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How to setup penetration testing exercises.

Published: 2006-03-02
Last Updated: 2006-03-02 03:59:55 UTC
by Johannes Ullrich (Version: 2)
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Based on the many responses we got regarding the 'Packetslinger' diary, here a few notes on how to setup a penetration/cracking exercise.

As a remark: Laws change from area to area. Whatever you do, check your local laws and regulations. Corporate policies, university ethics guidelines and ISP contracts may have to be consulted.

  1. Avoid the use of public networks if possible. Its just too easy to 'fat finger' an IP address. It is all too easy to unintenionally shut down a critical system using an attack as simple as a portscan.
  2. If you have to use a public network, try to setup a VPN to isolate the sources and targets involved.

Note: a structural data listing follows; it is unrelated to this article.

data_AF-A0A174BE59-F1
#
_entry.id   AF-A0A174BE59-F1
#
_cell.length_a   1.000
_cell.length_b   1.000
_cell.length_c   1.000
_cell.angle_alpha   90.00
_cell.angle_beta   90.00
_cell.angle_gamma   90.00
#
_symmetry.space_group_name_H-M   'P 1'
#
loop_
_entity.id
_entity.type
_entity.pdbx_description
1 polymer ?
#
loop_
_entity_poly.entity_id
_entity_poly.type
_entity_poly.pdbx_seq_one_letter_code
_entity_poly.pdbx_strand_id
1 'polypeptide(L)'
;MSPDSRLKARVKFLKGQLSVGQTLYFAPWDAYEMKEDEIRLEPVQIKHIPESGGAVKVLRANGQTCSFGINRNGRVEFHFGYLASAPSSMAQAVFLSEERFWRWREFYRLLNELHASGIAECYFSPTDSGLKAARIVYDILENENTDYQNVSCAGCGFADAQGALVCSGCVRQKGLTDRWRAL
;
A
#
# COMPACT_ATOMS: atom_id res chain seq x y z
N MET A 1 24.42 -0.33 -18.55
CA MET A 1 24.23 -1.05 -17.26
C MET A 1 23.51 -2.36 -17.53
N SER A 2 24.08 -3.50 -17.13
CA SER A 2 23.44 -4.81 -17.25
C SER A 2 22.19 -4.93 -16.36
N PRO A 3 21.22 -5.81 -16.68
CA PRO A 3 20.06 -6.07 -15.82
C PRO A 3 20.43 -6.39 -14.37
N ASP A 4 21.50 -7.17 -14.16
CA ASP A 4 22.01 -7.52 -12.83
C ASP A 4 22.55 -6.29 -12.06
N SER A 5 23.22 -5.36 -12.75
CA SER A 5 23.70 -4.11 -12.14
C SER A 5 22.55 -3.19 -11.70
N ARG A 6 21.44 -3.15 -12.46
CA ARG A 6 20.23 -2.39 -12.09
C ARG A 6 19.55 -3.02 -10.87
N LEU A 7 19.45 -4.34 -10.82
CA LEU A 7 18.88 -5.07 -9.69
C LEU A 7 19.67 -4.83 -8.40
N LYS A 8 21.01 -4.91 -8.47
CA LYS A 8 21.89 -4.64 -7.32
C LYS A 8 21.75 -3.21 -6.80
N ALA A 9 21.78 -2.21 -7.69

3. Ask participants to remove or turn off additional network interfaces (in particular wireless interfaces).
Any attack, even as simple as a portscan, should only be performed with written permission. Even in a lab environment, it may be a good exercise to go through the motions of obtaining written permission from the instructor. It is not always easy to identify the person who has to provide permission. But in general, this should be the 'network owner'. Remember that part of a corporate network may be owned by an ISP, and not the company (or university).

Can you go to jail for running a portscan? Unlikely. But the fact that you consider this question is a good hint that you should get written permission. Internal teams may be given permission  via policy documents. See http://www.sans.org/resources/policies/ for templates (e.g. the Audit Vulnerability Scanning Policy or the Risk Assessment Policy).

Couple additions submitted by readers:

- Setup the entire network (attacking systems and targets) in vmware. Use RFC1918 addreess to avoid 'leakage' and firewall the test network. Students can ssh into the network. (Thanks Mike and Nick!)






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